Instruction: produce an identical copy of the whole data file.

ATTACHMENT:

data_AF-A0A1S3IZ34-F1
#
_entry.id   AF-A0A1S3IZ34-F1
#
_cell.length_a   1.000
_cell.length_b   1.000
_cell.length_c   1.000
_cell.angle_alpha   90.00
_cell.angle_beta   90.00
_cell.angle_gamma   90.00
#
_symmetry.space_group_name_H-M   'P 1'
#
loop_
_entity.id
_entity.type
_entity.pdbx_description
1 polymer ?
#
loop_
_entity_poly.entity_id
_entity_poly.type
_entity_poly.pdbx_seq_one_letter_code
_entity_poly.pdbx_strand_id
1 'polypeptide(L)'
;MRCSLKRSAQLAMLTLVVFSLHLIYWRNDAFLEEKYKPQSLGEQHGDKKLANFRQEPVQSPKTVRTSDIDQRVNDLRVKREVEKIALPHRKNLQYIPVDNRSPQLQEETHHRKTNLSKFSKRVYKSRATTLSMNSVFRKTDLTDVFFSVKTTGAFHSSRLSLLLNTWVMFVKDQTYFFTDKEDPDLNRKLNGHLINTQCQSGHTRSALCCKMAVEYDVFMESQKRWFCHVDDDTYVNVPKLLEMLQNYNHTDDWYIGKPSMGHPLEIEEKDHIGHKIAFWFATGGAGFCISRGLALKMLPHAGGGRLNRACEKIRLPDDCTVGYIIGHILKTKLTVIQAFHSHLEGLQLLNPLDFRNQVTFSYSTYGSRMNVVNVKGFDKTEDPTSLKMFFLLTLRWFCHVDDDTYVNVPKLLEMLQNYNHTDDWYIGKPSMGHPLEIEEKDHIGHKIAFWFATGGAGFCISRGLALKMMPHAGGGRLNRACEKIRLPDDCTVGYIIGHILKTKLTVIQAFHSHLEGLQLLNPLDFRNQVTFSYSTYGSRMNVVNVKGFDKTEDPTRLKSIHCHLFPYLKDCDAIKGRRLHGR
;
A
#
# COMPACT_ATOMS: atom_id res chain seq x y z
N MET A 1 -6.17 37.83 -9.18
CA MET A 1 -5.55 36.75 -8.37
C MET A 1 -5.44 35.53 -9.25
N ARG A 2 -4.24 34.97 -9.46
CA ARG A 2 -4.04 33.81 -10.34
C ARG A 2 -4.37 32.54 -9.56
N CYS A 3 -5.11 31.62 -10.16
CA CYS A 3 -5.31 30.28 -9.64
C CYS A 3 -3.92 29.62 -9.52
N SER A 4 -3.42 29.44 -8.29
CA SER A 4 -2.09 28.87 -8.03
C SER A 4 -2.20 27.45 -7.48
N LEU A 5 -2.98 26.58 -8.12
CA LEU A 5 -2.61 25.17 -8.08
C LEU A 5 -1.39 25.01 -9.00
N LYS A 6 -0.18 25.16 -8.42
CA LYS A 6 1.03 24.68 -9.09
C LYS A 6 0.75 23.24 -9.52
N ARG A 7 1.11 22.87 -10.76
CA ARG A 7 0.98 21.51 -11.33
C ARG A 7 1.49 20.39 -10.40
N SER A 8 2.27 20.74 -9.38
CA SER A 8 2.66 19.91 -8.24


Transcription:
data_AF-A0A1S3IZ34-F1
#
_entry.id   AF-A0A1S3IZ34-F1
#
_cell.length_a   1.000
_cell.length_b   1.000
_cell.length_c   1.000
_cell.angle_alpha   90.00
_cell.angle_beta   90.00
_cell.angle_gamma   90.00
#
_symmetry.space_group_name_H-M   'P 1'
#
loop_
_entity.id
_entity.type
_entity.pdbx_description
1 polymer ?
#
loop_
_entity_poly.entity_id
_entity_poly.type
_entity_poly.pdbx_seq_one_letter_code
_entity_poly.pdbx_strand_id
1 'polypeptide(L)'
;MRCSLKRSAQLAMLTLVVFSLHLIYWRNDAFLEEKYKPQSLGEQHGDKKLANFRQEPVQSPKTVRTSDIDQRVNDLRVKREVEKIALPHRKNLQYIPVDNRSPQLQEETHHRKTNLSKFSKRVYKSRATTLSMNSVFRKTDLTDVFFSVKTTGAFHSSRLSLLLNTWVMFVKDQTYFFTDKEDPDLNRKLNGHLINTQCQSGHTRSALCCKMAVEYDVFMESQKRWFCHVDDDTYVNVPKLLEMLQNYNHTDDWYIGKPSMGHPLEIEEKDHIGHKIAFWFATGGAGFCISRGLALKMLPHAGGGRLNRACEKIRLPDDCTVGYIIGHILKTKLTVIQAFHSHLEGLQLLNPLDFRNQVTFSYSTYGSRMNVVNVKGFDKTEDPTSLKMFFLLTLRWFCHVDDDTYVNVPKLLEMLQNYNHTDDWYIGKPSMGHPLEIEEKDHIGHKIAFWFATGGAGFCISRGLALKMMPHAGGGRLNRACEKIRLPDDCTVGYIIGHILKTKLTVIQAFHSHLEGLQLLNPLDFRNQVTFSYSTYGSRMNVVNVKGFDKTEDPTRLKSIHCHLFPYLKDCDAIKGRRLHGR
;
A
#
# COMPACT_ATOMS: atom_id res chain seq x y z
N MET A 1 -6.17 37.83 -9.18
CA MET A 1 -5.55 36.75 -8.37
C MET A 1 -5.44 35.53 -9.25
N ARG A 2 -4.24 34.97 -9.46
CA ARG A 2 -4.04 33.81 -10.34
C ARG A 2 -4.37 32.54 -9.56
N CYS A 3 -5.11 31.62 -10.16
CA CYS A 3 -5.31 30.28 -9.64
C CYS A 3 -3.92 29.62 -9.52
N SER A 4 -3.42 29.44 -8.29
CA SER A 4 -2.09 28.87 -8.03
C SER A 4 -2.20 27.45 -7.48
N LEU A 5 -2.98 26.58 -8.12
CA LEU A 5 -2.61 25.17 -8.08
C LEU A 5 -1.39 25.01 -9.00
N LYS A 6 -0.18 25.16 -8.42
CA LYS A 6 1.03 24.68 -9.09
C LYS A 6 0.75 23.24 -9.52
N ARG A 7 1.11 22.87 -10.76
CA ARG A 7 0.98 21.51 -11.33
C ARG A 7 1.49 20.39 -10.40
N SER A 8 2.27 20.74 -9.38
CA SER A 8 2.66 19.91 -8.24